The vertical passing game has been a question mark on the LSU offense, but Les Miles said on Wednesday that it's full-steam ahead with their efforts to make things work.
Les Miles is confident that LSU QB Zach Mettenberger's best performances are still to come
LSU run game: Check.
LSU pass game: TBD.
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Headed into the bye week, the Tigers' passing attack, which averages 177.38 yards a game, is ranked 109 out of 120 FBS teams.
While LSU has found success in spots with the short and intermediate passing game, junior quarterback Zach Mettenberger has yet to find a rhythm in the vertical passing game - highlighted by his performance against Texas A&M in College Station last weekend, when Mettenberger finished 11-of-29 passing for 97 yards.
"We threw some deep balls against A&M, but didn't hit them," LSU coach Les Miles said. "We hit three deep balls, and that game was a completely different game. We recognize that."
But the Tigers failed to connect on multiple vertical shots, which in turn helped keep the Aggies hanging around through four quarters.
Instead of turning back towards the run game and horizontal passing attack, Miles said the bye week before Alabama will be used, foremost, to iron out the wrinkles in the passing attack.
Can Mettenberger find rhythm in the vertical pass game before it's too late?
"If we are going to progress, it can't be a short commitment to it," Miles said. "It's a point where we really need to execute better and continue to coach and grow it. We are in a position where we can make it very, very effective for us ... That's what our intent is.
"We are going to throw the football. We are doing that aggressively this week. We are in position to have this be a very efficient offense, and we look to coach it to that effect."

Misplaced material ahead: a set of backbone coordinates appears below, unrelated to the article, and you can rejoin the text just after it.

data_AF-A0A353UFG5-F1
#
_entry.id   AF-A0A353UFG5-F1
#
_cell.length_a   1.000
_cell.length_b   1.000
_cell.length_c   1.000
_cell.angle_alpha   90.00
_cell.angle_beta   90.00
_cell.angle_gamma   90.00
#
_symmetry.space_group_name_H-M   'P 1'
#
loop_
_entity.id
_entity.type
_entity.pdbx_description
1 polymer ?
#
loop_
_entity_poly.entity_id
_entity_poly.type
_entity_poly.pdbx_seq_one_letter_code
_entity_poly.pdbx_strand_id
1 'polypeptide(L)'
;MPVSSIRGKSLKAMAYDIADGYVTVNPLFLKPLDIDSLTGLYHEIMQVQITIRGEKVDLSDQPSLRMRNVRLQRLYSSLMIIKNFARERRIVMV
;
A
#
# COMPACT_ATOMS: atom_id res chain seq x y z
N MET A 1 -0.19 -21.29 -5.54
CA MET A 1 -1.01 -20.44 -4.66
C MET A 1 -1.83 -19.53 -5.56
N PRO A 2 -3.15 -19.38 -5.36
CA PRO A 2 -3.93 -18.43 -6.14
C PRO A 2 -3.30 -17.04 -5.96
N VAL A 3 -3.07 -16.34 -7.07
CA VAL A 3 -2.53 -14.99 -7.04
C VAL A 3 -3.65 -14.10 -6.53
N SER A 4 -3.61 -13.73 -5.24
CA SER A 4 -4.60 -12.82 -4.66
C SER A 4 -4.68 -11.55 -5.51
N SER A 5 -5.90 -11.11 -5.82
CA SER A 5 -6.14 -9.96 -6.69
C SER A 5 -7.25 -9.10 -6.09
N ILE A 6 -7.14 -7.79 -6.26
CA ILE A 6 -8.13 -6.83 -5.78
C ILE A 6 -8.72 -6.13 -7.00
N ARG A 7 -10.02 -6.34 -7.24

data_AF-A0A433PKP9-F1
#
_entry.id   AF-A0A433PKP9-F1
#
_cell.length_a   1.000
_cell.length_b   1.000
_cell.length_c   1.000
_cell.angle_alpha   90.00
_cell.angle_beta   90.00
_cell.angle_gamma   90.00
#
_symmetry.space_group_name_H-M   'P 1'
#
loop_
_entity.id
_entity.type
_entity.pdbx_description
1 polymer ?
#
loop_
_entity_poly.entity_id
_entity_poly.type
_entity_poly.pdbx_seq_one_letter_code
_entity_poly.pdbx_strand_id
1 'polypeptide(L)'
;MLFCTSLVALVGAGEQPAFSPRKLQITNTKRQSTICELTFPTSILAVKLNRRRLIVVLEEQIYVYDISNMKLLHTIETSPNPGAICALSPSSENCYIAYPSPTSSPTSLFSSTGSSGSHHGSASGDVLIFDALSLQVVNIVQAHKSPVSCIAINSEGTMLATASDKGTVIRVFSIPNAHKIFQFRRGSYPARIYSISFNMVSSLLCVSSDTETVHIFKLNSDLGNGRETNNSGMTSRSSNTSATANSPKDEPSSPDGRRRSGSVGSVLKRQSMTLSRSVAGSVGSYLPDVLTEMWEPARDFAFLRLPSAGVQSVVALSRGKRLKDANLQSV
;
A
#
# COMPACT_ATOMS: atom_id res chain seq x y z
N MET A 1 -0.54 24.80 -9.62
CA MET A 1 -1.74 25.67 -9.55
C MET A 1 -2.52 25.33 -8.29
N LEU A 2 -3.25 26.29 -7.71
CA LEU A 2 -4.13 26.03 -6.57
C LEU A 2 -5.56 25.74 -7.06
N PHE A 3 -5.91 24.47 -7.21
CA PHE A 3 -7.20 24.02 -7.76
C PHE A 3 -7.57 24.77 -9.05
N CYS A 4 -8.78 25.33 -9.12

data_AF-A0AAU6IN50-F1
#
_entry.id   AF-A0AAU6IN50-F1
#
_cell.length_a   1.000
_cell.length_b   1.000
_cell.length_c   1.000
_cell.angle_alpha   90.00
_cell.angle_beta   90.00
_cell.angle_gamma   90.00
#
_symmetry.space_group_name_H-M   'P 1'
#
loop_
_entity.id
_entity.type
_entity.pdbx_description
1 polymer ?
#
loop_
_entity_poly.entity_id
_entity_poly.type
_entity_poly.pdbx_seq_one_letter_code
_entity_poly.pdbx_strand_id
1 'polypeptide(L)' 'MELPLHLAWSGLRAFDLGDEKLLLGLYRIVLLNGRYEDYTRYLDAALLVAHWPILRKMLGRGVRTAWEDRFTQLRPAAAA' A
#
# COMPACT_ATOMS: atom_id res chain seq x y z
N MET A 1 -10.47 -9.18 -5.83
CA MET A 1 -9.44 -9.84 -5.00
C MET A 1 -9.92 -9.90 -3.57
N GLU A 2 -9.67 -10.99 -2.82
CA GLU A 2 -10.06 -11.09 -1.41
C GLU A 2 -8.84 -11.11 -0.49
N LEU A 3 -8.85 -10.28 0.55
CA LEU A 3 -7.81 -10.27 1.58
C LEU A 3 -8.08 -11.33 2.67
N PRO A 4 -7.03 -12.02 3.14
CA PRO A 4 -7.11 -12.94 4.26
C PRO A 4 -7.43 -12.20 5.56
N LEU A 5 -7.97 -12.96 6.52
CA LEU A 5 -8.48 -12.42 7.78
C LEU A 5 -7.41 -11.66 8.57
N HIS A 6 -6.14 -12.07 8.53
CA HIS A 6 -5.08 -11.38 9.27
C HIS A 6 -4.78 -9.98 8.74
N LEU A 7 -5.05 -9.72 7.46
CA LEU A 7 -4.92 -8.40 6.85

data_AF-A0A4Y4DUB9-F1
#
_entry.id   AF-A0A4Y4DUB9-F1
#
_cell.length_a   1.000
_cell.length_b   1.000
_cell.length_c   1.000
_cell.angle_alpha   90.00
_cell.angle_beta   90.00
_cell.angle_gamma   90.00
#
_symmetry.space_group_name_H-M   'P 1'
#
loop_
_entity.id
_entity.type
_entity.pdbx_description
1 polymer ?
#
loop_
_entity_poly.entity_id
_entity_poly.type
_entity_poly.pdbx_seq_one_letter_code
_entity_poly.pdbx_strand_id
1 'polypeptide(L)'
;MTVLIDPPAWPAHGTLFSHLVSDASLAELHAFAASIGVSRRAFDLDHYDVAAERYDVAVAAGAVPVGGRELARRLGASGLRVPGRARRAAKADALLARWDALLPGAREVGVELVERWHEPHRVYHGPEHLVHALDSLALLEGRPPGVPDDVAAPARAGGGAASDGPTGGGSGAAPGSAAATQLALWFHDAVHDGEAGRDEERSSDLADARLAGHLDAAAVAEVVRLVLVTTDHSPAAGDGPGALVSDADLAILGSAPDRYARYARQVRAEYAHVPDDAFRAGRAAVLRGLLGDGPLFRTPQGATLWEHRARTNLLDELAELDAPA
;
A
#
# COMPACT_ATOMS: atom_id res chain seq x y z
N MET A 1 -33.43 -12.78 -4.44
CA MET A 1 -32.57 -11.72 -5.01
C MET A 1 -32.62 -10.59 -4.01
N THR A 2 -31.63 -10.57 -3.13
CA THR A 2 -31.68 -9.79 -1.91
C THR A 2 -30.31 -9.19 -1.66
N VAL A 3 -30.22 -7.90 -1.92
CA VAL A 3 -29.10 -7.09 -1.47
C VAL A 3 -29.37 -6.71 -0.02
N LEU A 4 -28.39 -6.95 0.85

On the season, Mettenberger is 112-of-198 for 1,419 yards, seven touchdowns and four interceptions. His longest pass was a 56-yard strike to Odell Beckham Jr. in the Florida game that was eventually fumbled, negating the Tigers' biggest pass play of the year.
With other drops from the receivers and some shuffle on the offensive line, Miles isn't ready to drop all the blame onto his first-year quarterback.
"I don't know that you can necessarily put all the passing woes on our quarterback," Miles said. "Some of the balls were really pretty well-thrown.
"There was a penalty called (against Texas A&M) on a deep ball that was right in (Beckham's) hands. I thought that was a wonderful throw by Zach."
Given Mettenberger is just eight games into his first year as an SEC quarterback, Miles feels his junior signal caller's best days are ahead of him.
"I see him progressing," Miles said. "I think he was smart with the ball (against Texas A&M) more than he had been in the past. We expect him to continue to develop.
"This is his first year starting. This is his first series of big games in a row. This is the first time that he lines up in Tiger Stadium again and again and again. There is some growth there."
With the page now turned to a face-off with No. 1 Alabama in two weeks, Miles said Mettenberger's only focus will be on executing the offense, meaning outside distractions - like how ready is the team for a rematch - will be tossed aside.
"It's really about inside the lines," Miles said. "You cannot take on more than that for Zach. Zach is just our quarterback, and he does the things we ask him to do. He is in gear and focused in, and that's what we need him to be. We have to make sure we understand again and again, that is his role."
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